“The entire foreign exchange market is based on monetizing the sending of currency,” he explained. “It’s only when you go to send money when the FX rates and fees get applied. So we’re really turning that market on its head. We’re saying you can collect from anywhere around the world and we’re giving consumers ways to pay locally without all those complex fees.”
Massaro said that, for now, Flywire’s market focus is on the two major areas of spend: health care and education. Those markets, Massaro told Evans and Webster, are massive – with plenty of room to grow. Instead of only focusing on colleges and universities, Flywire has expanded into facilitating payments at trade and culinary programs as well as long-term boarding schools and even for exchange programs – all over the world.
“A year ago, I think all of our clients were in the U.S., Canada and a little bit in Australia,” Massaro said. “Now we have 150 in the U.K., clients throughout Southeast Asia, 15 to 20 in Japan and 10 or 15 in Spain, where 80,000 Chinese students study every year.”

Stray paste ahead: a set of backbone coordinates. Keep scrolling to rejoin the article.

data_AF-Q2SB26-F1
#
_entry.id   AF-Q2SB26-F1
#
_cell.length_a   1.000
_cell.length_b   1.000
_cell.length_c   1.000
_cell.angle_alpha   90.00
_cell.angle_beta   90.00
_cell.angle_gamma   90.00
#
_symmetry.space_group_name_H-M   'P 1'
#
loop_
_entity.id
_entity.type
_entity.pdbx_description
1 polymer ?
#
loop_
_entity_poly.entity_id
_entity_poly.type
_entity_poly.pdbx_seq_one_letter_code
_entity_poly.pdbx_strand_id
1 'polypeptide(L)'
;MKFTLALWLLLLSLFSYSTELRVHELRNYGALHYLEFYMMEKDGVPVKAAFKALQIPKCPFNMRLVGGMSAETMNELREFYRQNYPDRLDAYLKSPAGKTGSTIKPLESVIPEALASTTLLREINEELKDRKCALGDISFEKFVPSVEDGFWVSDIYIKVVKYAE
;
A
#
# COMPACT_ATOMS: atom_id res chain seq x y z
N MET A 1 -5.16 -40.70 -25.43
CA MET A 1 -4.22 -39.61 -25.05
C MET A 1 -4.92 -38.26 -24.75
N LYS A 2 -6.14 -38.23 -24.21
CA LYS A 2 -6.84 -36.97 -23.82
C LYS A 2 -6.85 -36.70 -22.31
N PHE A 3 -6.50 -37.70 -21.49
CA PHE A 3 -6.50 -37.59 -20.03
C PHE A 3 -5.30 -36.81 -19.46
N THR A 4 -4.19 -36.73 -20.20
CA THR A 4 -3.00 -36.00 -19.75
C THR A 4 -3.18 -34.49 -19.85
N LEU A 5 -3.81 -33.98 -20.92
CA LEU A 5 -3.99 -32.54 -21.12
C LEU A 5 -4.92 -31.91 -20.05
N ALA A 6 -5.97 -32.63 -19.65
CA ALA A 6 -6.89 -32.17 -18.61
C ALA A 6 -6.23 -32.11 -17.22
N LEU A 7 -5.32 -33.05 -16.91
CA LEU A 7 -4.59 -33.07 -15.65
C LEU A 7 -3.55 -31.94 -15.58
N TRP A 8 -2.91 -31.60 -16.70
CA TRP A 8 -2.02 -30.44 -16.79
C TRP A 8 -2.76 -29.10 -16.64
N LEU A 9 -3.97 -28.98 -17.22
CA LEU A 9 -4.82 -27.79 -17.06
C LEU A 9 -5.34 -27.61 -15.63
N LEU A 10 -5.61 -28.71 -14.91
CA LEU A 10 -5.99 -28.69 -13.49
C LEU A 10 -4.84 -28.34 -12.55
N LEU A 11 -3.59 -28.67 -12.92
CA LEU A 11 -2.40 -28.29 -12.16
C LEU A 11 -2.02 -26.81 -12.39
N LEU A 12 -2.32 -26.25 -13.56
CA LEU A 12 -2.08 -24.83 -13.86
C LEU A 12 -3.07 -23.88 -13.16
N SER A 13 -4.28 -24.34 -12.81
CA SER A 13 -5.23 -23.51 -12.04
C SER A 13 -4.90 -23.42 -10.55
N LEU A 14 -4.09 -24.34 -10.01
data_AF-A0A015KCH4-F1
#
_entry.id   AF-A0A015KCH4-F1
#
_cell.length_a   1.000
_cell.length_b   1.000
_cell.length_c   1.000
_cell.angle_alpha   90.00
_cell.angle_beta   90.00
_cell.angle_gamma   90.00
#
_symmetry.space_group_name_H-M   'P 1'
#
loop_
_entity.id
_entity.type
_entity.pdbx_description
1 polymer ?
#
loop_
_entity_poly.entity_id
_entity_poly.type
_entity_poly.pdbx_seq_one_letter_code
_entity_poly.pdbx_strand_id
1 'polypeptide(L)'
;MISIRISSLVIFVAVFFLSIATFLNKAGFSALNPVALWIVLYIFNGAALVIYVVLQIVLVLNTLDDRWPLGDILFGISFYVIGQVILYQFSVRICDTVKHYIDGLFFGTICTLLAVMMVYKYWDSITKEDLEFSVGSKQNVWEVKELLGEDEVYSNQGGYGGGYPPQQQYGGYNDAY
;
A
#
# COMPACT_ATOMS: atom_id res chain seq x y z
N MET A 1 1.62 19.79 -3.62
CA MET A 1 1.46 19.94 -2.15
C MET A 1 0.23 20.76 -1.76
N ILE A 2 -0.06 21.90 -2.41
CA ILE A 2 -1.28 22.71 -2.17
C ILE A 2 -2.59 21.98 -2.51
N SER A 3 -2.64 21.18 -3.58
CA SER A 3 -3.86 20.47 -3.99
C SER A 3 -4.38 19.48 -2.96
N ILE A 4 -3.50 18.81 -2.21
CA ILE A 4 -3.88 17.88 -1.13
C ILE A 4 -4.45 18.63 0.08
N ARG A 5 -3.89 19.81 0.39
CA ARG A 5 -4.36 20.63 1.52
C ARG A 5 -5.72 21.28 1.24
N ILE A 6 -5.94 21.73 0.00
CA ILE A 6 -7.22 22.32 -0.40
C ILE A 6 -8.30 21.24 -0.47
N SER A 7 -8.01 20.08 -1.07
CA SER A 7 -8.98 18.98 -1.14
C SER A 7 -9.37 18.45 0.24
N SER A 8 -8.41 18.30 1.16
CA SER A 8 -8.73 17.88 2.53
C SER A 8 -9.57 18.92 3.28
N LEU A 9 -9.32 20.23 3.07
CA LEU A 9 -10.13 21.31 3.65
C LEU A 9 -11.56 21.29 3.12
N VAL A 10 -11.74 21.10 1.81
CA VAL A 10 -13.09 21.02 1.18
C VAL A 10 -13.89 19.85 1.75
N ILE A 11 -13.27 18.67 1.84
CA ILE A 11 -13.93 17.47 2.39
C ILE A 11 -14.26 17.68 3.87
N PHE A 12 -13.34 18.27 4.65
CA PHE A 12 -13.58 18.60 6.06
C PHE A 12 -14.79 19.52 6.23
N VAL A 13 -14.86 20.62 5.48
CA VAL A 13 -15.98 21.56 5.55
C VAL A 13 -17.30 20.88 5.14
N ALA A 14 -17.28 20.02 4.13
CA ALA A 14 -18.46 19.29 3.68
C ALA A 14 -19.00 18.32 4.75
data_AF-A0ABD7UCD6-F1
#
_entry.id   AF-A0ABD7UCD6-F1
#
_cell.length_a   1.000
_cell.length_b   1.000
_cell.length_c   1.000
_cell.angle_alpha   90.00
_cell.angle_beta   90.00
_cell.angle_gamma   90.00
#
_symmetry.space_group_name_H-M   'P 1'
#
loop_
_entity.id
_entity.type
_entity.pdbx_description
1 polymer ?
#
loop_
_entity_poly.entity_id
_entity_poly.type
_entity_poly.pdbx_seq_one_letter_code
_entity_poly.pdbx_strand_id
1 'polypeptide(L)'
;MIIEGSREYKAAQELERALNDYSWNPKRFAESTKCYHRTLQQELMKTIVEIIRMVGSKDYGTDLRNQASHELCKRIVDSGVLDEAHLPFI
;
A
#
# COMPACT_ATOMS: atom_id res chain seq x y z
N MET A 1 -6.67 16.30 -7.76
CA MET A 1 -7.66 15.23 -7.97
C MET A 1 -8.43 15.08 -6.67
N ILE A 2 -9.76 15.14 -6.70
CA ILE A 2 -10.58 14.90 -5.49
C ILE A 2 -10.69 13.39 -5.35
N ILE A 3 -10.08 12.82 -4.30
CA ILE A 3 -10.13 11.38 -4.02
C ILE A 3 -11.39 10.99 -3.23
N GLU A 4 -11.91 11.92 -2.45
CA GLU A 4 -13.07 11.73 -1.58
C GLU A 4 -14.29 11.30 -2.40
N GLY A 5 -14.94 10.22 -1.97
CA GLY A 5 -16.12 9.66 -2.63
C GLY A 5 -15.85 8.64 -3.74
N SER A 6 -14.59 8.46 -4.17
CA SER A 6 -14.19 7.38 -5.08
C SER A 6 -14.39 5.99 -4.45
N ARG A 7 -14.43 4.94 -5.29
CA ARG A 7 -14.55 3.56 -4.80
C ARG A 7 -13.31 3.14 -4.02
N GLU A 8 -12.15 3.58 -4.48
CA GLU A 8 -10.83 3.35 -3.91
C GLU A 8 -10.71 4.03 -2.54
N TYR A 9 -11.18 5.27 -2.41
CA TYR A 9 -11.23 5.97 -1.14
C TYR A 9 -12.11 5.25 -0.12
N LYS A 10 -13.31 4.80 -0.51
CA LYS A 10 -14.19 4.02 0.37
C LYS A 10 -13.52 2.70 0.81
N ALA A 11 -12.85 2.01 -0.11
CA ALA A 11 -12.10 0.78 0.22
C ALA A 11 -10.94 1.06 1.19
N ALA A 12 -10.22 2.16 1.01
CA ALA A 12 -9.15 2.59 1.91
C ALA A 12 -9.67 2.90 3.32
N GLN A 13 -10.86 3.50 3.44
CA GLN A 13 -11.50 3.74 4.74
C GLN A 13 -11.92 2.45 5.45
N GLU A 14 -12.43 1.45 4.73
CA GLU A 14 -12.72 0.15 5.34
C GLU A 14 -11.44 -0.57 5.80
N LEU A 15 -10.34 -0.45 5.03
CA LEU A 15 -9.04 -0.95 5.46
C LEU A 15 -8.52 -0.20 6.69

As far as the matchmakers that this matchmaker was enamored with, Massaro saved his praise for Peloton, a company selling stationary bikes that combines the experience of an uber-popular spin class with the comfort that comes with exercising in one’s home. Cyclers use a built-in screen to choose a workout designed by a favorite instructor from whom they once took a class. From the other direction, Peloton has also figured out a way to connect a wealth of fitness expertise with a population of consumers who might never have stepped foot into a Pure Barre or a SoulCycle.
Massaro also couldn’t help but touch on every retailer’s favorite app of the summer: Pokémon Go. While he and Webster acknowledged that Niantic, the developer behind the app, and Nintendo, the owner of the Pokémon property, still need to find a way to monetize the incredible buzz around the app, the sheer number of players they’ve amassed in such a short time proves the viability of the platform they’ve created — and the potential for any intervention to end up printing money.← Back to Articles